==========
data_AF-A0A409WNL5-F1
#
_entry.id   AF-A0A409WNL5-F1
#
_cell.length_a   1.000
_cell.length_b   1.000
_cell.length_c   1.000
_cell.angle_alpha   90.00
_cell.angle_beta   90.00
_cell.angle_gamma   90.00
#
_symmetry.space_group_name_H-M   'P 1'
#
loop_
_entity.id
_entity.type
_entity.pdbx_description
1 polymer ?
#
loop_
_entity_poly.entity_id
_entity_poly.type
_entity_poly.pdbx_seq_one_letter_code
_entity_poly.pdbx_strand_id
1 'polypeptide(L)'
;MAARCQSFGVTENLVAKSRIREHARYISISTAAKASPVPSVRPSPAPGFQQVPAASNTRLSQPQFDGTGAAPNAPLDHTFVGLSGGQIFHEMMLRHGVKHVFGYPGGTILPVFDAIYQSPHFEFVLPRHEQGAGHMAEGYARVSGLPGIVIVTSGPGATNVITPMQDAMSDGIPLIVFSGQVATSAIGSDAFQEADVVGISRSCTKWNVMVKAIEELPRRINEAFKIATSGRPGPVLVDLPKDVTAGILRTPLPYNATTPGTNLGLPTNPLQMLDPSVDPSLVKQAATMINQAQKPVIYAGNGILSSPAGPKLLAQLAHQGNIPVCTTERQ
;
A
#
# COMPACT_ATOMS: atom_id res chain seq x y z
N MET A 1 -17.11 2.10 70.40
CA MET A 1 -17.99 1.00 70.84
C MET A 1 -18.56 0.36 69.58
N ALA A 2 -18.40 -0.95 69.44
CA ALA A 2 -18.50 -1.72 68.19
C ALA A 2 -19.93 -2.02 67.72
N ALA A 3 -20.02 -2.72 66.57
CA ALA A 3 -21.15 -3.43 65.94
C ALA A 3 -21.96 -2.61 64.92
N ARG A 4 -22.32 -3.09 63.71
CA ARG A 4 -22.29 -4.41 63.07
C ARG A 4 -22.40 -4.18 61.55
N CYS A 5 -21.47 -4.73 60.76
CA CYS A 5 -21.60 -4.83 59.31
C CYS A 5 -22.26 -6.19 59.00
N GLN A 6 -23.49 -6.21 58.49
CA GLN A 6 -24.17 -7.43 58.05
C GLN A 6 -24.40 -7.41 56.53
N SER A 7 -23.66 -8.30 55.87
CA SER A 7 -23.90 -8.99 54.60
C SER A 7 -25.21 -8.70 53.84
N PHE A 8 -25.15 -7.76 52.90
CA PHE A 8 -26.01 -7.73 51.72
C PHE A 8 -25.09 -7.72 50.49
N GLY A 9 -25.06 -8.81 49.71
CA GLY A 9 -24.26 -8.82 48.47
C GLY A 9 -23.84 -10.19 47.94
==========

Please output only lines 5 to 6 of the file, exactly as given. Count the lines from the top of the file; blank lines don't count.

_cell.length_a   1.000
_cell.length_b   1.000